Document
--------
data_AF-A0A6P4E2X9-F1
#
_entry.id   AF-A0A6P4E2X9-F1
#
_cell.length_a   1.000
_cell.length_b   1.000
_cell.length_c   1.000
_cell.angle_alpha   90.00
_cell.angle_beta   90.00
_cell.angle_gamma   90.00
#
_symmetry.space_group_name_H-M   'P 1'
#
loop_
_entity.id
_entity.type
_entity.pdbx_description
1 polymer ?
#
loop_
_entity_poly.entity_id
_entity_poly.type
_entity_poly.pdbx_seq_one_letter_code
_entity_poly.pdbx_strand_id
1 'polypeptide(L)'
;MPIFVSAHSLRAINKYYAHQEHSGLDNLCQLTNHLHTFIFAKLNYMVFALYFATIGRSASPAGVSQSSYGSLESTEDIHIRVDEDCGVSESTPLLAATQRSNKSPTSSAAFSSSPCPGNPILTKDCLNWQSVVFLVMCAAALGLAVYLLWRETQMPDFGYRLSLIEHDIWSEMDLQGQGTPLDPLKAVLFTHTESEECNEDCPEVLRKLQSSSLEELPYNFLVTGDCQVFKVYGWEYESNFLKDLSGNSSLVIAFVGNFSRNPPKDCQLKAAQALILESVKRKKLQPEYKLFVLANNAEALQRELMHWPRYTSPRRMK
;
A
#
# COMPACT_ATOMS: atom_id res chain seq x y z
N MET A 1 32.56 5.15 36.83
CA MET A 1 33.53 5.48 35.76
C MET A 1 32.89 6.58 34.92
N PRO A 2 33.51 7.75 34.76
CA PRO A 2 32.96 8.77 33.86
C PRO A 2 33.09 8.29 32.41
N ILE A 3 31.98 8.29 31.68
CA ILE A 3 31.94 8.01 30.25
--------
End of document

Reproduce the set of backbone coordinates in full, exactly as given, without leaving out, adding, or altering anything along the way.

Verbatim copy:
data_AF-A0A6P4E2X9-F1
#
_entry.id   AF-A0A6P4E2X9-F1
#
_cell.length_a   1.000
_cell.length_b   1.000
_cell.length_c   1.000
_cell.angle_alpha   90.00
_cell.angle_beta   90.00
_cell.angle_gamma   90.00
#
_symmetry.space_group_name_H-M   'P 1'
#
loop_
_entity.id
_entity.type
_entity.pdbx_description
1 polymer ?
#
loop_
_entity_poly.entity_id
_entity_poly.type
_entity_poly.pdbx_seq_one_letter_code
_entity_poly.pdbx_strand_id
1 'polypeptide(L)'
;MPIFVSAHSLRAINKYYAHQEHSGLDNLCQLTNHLHTFIFAKLNYMVFALYFATIGRSASPAGVSQSSYGSLESTEDIHIRVDEDCGVSESTPLLAATQRSNKSPTSSAAFSSSPCPGNPILTKDCLNWQSVVFLVMCAAALGLAVYLLWRETQMPDFGYRLSLIEHDIWSEMDLQGQGTPLDPLKAVLFTHTESEECNEDCPEVLRKLQSSSLEELPYNFLVTGDCQVFKVYGWEYESNFLKDLSGNSSLVIAFVGNFSRNPPKDCQLKAAQALILESVKRKKLQPEYKLFVLANNAEALQRELMHWPRYTSPRRMK
;
A
#
# COMPACT_ATOMS: atom_id res chain seq x y z
N MET A 1 32.56 5.15 36.83
CA MET A 1 33.53 5.48 35.76
C MET A 1 32.89 6.58 34.92
N PRO A 2 33.51 7.75 34.76
CA PRO A 2 32.96 8.77 33.86
C PRO A 2 33.09 8.29 32.41
N ILE A 3 31.98 8.29 31.68
CA ILE A 3 31.94 8.01 30.25